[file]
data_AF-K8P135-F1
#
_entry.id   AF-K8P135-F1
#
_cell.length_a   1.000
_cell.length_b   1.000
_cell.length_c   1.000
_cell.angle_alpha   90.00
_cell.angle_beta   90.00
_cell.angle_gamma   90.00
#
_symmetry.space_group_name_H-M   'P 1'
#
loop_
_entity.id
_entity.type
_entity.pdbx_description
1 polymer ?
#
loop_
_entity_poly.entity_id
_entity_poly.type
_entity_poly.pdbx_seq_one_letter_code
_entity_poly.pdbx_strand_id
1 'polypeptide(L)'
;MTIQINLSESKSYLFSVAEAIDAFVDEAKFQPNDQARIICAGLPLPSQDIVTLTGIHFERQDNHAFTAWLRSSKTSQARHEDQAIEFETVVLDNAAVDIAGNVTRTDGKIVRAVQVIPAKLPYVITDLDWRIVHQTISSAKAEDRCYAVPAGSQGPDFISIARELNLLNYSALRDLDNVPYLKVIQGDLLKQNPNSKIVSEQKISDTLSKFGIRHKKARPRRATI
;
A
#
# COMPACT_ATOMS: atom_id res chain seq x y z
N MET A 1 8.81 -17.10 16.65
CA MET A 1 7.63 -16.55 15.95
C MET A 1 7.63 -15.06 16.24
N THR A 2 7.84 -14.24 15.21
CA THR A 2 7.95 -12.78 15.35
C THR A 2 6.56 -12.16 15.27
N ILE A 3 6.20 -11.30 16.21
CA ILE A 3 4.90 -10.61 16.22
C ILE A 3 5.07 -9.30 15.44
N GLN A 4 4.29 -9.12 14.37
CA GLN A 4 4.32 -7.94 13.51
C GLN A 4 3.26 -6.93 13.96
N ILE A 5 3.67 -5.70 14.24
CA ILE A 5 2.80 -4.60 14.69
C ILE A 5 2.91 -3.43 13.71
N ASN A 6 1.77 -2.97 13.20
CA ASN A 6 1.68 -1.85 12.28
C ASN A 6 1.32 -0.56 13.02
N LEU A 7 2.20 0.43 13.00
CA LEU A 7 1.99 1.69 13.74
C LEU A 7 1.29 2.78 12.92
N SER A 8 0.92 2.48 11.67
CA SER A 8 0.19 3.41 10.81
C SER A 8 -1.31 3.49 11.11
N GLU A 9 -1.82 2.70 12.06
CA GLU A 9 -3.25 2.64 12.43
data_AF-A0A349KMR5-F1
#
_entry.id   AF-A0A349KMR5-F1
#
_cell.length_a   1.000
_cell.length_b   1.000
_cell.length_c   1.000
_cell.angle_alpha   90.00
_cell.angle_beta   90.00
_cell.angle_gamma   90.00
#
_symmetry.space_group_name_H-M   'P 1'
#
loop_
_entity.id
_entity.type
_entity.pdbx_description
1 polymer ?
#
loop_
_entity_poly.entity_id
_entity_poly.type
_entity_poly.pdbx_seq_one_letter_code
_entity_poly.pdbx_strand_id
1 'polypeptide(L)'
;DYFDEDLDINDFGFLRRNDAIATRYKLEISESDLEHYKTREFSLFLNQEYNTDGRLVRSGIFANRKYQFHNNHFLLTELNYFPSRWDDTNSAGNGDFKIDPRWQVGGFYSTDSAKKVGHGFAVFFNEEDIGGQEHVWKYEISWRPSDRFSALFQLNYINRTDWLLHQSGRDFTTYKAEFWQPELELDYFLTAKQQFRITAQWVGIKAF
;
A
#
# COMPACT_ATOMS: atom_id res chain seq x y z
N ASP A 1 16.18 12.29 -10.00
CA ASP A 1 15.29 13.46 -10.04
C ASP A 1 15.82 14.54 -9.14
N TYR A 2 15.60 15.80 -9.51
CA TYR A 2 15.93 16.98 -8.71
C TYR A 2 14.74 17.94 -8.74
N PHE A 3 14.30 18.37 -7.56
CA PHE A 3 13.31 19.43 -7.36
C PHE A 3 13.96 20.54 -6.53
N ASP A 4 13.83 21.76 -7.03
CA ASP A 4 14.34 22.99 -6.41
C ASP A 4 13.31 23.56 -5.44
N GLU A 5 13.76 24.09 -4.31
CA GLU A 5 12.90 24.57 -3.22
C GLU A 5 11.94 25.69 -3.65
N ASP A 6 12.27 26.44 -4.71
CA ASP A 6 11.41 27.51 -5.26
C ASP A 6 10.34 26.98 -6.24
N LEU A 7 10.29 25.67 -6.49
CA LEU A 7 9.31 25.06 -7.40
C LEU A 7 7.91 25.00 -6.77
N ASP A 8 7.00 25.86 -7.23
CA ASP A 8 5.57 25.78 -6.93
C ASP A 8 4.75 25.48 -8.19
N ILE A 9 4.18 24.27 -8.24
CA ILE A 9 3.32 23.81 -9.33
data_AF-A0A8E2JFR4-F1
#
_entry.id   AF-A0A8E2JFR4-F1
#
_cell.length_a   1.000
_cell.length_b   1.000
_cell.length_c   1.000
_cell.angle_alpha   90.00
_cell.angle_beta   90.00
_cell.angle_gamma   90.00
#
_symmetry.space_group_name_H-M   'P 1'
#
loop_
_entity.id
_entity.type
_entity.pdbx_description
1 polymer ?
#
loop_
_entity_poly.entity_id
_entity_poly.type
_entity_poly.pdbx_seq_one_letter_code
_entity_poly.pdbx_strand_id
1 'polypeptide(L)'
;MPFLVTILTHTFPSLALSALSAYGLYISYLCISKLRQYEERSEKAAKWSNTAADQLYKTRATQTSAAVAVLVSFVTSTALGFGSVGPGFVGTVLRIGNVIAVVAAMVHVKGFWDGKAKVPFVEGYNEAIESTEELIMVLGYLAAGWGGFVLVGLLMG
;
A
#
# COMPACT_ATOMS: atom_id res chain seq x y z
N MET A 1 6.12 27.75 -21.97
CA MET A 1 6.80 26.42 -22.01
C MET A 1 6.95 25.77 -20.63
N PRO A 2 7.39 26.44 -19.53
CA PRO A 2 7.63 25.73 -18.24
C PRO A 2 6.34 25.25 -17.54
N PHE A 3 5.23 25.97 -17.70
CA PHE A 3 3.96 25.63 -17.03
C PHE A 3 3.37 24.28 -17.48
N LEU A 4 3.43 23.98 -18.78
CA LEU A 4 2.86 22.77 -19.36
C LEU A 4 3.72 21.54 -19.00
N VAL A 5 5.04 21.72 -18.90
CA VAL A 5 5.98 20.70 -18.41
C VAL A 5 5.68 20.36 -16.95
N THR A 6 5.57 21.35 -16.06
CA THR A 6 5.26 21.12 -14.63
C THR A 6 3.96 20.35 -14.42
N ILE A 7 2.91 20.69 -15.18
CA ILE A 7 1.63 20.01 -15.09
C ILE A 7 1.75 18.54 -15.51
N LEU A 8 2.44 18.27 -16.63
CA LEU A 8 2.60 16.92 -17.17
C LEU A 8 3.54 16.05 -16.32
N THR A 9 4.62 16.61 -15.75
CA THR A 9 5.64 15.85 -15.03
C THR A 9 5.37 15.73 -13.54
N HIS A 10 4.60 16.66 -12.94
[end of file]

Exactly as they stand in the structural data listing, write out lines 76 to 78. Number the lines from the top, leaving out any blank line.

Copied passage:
loop_
_entity_poly.entity_id
_entity_poly.type